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Inventors & Inventions
Interview with artist Barry Rowe

When these cards were released in 1975 the artistic style made this set an instant hit and it now has a firm fan base.

Barry Rowe, the artist who produced the artwork for the Inventors & Inventions series has kindly given a rare and detailed insight into how this set was produced.

Barry Rowe

After a career in advertising as an art director, Barry decided to become a freelance painter. His book, Atmosphere and Light: The Automotive Art of Barry Rowe was published in March 2004. Please see Barry's web site for more information.

Information taken from inside the Brooke Bond album cover
Information from www.barryrowe.com

Q: Can I ask how and when they first contacted yourself? I imagine you must have been involved in advertising in some way for them to have seen your work, or was it more by chance? Once they had made contact did you meet up with the people from the card production team at Brooke Bond or at your studio? I'm guessing that they had already identified 50 subjects and discussed these with you, or did they have a bigger selection and chose the 50 they liked best?
A: I was commissioned to illustrate the Inventors and Inventions tea cards by Brooke Bonds advertising agency. They liked the illustrations I did for "The Bosch Book of the Motor Car" published by Collins, I think I did about three hundred pictures for the book. I met the writer for the cards Ken Roscoe, he was editor of the magazine "Speed and Power" only once, and we did all of the briefs and ideas by phone. For card number 43. Catseyes I illustrated my vintage Lagonda reg number HS6399 . I did all the visual research myself as I found this an interesting part of the job. Most of my work at that time came from advertising, it was my style which the art directors liked, the subjects were very varied but I usually managed to have a car in the picture.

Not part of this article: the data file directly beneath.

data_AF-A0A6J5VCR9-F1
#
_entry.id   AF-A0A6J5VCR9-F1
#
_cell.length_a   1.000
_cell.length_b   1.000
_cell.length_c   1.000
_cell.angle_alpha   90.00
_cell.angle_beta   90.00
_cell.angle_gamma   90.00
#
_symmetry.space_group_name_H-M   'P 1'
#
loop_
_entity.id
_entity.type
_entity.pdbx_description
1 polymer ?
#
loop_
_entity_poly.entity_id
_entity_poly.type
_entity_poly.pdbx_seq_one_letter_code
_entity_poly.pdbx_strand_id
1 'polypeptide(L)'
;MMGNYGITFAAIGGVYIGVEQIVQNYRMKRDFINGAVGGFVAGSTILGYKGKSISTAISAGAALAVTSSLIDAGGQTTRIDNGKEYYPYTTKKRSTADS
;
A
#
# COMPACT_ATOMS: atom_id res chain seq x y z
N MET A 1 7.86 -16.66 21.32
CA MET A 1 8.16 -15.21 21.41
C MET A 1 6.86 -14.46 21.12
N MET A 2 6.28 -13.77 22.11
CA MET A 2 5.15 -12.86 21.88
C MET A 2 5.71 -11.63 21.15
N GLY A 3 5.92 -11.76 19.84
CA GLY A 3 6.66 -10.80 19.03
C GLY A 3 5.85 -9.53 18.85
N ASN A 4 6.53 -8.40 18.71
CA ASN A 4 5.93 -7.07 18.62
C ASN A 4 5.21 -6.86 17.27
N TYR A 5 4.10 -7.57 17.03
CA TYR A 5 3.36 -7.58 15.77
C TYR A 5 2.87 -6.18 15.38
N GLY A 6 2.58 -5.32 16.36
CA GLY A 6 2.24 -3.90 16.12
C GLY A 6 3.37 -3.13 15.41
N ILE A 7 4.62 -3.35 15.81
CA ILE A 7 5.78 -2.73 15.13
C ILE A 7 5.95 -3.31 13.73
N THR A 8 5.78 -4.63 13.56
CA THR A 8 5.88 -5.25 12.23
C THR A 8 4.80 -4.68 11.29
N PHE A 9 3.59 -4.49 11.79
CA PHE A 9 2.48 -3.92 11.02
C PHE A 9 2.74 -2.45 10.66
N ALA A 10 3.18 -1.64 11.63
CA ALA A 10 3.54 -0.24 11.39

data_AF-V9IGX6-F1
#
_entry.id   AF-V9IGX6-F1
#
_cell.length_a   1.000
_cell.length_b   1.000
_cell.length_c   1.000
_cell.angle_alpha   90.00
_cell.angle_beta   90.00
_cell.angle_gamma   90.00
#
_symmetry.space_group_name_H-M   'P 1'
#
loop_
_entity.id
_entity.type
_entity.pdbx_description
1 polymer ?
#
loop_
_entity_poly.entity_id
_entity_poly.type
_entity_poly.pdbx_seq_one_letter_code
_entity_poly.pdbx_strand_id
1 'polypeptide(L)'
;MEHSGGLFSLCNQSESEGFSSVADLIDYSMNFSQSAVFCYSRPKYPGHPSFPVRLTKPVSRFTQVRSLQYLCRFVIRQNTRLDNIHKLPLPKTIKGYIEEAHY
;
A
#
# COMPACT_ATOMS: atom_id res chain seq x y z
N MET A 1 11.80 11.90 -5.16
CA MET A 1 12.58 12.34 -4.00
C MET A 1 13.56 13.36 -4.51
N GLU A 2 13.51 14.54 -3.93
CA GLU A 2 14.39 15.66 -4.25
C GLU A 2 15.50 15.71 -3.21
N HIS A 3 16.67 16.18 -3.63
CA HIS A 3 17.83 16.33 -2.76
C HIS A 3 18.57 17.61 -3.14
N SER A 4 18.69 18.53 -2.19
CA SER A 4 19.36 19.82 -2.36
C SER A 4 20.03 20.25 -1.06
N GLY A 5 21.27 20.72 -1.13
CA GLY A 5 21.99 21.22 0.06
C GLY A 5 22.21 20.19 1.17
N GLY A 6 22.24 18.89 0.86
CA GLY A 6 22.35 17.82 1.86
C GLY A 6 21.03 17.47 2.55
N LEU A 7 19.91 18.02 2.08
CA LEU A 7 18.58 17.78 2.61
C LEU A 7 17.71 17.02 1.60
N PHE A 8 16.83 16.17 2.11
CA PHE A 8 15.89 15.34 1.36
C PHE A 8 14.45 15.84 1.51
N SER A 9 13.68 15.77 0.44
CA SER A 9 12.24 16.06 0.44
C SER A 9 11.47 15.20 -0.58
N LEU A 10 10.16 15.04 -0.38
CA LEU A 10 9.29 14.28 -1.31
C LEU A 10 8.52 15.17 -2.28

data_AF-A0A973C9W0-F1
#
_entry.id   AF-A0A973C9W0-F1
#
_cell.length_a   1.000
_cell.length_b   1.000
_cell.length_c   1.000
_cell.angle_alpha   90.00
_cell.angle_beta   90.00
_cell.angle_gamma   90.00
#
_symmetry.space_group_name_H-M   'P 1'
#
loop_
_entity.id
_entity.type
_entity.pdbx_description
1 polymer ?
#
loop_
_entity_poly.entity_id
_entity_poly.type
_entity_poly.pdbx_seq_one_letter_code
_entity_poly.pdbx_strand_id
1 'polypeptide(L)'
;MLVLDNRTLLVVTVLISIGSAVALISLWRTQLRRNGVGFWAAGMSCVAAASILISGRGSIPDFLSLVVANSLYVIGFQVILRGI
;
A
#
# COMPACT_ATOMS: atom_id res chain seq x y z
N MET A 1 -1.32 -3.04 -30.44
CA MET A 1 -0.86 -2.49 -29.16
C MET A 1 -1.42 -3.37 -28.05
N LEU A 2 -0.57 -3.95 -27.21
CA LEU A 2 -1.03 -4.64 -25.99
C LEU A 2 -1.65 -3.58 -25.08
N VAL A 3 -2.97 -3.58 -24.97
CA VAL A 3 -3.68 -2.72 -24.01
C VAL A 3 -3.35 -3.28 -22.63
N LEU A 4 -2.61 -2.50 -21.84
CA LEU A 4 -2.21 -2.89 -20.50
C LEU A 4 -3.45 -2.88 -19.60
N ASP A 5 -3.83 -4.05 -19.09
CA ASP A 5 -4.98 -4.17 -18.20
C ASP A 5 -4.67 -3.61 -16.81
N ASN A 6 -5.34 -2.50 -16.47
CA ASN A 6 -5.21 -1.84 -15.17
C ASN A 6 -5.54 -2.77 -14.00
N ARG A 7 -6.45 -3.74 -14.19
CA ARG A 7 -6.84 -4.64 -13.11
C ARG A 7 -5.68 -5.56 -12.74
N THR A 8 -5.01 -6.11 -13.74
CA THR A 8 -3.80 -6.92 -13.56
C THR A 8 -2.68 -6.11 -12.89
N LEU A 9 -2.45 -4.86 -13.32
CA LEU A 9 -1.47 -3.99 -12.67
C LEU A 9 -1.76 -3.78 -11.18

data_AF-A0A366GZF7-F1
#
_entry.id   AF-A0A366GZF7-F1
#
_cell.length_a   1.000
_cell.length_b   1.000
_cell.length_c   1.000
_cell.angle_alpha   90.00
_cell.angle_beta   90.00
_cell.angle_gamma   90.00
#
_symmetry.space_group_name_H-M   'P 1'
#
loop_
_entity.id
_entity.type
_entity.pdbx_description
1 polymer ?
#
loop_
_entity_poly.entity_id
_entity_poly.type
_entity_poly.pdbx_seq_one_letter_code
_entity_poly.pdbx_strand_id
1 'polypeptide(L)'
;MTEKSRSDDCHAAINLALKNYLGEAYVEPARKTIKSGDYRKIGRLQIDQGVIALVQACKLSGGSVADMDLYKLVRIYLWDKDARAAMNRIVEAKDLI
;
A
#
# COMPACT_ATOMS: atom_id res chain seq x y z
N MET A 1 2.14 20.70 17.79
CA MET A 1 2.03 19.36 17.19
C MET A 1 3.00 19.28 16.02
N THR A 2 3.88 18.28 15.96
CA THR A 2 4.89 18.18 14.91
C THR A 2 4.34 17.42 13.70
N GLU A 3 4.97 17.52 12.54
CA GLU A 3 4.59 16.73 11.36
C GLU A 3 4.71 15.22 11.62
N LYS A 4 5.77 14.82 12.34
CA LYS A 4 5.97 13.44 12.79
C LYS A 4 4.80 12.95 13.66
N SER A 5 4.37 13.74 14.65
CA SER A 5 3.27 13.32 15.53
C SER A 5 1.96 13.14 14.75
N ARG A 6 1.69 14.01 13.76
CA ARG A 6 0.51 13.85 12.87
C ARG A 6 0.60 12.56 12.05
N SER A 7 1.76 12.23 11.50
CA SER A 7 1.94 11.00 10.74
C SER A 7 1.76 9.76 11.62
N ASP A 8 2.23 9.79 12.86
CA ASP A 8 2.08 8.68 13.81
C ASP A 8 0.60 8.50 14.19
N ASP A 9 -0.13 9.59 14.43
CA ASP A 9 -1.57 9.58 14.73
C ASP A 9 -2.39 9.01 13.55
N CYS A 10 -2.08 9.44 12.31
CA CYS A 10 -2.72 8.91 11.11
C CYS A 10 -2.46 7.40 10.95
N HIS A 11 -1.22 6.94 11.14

Card number 43

Q: The whole creation process seems as though it was quite relaxed and I like the fact you did much of the visual research yourself, did you have a fixed time period to work to? Can I also ask what size you created the pictures at and what medium you worked in?
A: The deadline I remember was quite tight, I was on average doing one card a day or even one and a half illustrations per day. As most of my work was for advertising commissions this time schedule didn't bother me too much, jobs were always wanted yesterday. At that time in my career my technique was coloured inks on heavy shiny board, very trendy ! The size for the Tea Card artwork I think was 200%, I have no idea where the originals are.


A selection of cards from the series

Q: Do you have any preliminary sketches or rough visuals of any of the cards and did Brooke Bond show you printing proofs of the card set before it was published?
A: My visuals probably went into my plan chest and then lost as it is now a long time ago...they were just working drawings. The ad agency didn't show me proofs before printing in fact I think they only sent me one set of cards, I had to buy their tea to get another set.

Q: Did you have anything to do with the four figures on the cover of the album?
A: I have no idea who did the four model people, they look a little like TV Spitting Image style. I really think the cover should have been some card artwork.

African Birds wallchart

Album front cover

Interview courtesty of Barry Rowe - April 2016

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